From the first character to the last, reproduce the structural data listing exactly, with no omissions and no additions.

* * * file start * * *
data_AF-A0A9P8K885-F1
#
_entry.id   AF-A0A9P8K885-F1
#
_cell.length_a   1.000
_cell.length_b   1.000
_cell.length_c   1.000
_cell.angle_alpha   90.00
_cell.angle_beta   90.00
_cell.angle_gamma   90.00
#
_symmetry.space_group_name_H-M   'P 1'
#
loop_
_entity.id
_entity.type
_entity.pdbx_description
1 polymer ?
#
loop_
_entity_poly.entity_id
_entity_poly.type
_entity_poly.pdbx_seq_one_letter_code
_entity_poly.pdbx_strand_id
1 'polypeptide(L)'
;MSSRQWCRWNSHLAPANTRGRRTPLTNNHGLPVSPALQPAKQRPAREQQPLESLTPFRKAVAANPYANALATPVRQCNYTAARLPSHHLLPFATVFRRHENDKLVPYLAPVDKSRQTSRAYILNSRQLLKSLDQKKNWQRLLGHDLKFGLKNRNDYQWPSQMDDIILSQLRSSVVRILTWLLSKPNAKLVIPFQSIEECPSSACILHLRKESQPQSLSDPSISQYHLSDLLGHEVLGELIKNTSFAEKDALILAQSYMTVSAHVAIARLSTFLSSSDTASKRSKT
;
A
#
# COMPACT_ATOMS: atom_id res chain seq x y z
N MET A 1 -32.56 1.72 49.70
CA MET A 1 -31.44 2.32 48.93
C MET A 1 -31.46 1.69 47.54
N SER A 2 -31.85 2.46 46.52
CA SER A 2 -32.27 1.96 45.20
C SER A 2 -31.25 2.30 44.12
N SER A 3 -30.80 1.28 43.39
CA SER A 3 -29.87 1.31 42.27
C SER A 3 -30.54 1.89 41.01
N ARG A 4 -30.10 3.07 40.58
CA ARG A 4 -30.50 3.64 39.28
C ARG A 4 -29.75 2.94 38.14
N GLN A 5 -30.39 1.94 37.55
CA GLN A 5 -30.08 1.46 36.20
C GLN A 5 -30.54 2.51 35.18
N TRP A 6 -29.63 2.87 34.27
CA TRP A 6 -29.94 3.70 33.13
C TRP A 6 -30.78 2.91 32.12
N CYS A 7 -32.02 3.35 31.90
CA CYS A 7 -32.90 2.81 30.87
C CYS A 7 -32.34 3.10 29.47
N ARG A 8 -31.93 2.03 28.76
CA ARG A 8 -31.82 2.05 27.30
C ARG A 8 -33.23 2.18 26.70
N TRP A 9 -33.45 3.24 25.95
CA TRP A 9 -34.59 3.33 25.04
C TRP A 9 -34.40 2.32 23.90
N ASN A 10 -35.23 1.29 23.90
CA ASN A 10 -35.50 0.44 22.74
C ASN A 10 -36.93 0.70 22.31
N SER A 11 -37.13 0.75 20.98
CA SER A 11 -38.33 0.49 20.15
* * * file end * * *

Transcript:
data_AF-A0A9P8K885-F1
#
_entry.id   AF-A0A9P8K885-F1
#
_cell.length_a   1.000
_cell.length_b   1.000
_cell.length_c   1.000
_cell.angle_alpha   90.00
_cell.angle_beta   90.00
_cell.angle_gamma   90.00
#
_symmetry.space_group_name_H-M   'P 1'
#
loop_
_entity.id
_entity.type
_entity.pdbx_description
1 polymer ?
#
loop_
_entity_poly.entity_id
_entity_poly.type
_entity_poly.pdbx_seq_one_letter_code
_entity_poly.pdbx_strand_id
1 'polypeptide(L)'
;MSSRQWCRWNSHLAPANTRGRRTPLTNNHGLPVSPALQPAKQRPAREQQPLESLTPFRKAVAANPYANALATPVRQCNYTAARLPSHHLLPFATVFRRHENDKLVPYLAPVDKSRQTSRAYILNSRQLLKSLDQKKNWQRLLGHDLKFGLKNRNDYQWPSQMDDIILSQLRSSVVRILTWLLSKPNAKLVIPFQSIEECPSSACILHLRKESQPQSLSDPSISQYHLSDLLGHEVLGELIKNTSFAEKDALILAQSYMTVSAHVAIARLSTFLSSSDTASKRSKT
;
A
#
# COMPACT_ATOMS: atom_id res chain seq x y z
N MET A 1 -32.56 1.72 49.70
CA MET A 1 -31.44 2.32 48.93
C MET A 1 -31.46 1.69 47.54
N SER A 2 -31.85 2.46 46.52
CA SER A 2 -32.27 1.96 45.20
C SER A 2 -31.25 2.30 44.12
N SER A 3 -30.80 1.28 43.39
CA SER A 3 -29.87 1.31 42.27
C SER A 3 -30.54 1.89 41.01
N ARG A 4 -30.10 3.07 40.58
CA ARG A 4 -30.50 3.64 39.28
C ARG A 4 -29.75 2.94 38.14
N GLN A 5 -30.39 1.94 37.55
CA GLN A 5 -30.08 1.46 36.20
C GLN A 5 -30.54 2.51 35.18
N TRP A 6 -29.63 2.87 34.27
CA TRP A 6 -29.94 3.70 33.13
C TRP A 6 -30.78 2.91 32.12
N CYS A 7 -32.02 3.35 31.90
CA CYS A 7 -32.90 2.81 30.87
C CYS A 7 -32.34 3.10 29.47
N ARG A 8 -31.93 2.03 28.76
CA ARG A 8 -31.82 2.05 27.30
C ARG A 8 -33.23 2.18 26.70
N TRP A 9 -33.45 3.24 25.95
CA TRP A 9 -34.59 3.33 25.04
C TRP A 9 -34.40 2.32 23.90
N ASN A 10 -35.23 1.29 23.90
CA ASN A 10 -35.50 0.44 22.74
C ASN A 10 -36.93 0.70 22.31
N SER A 11 -37.13 0.75 20.98
CA SER A 11 -38.33 0.49 20.15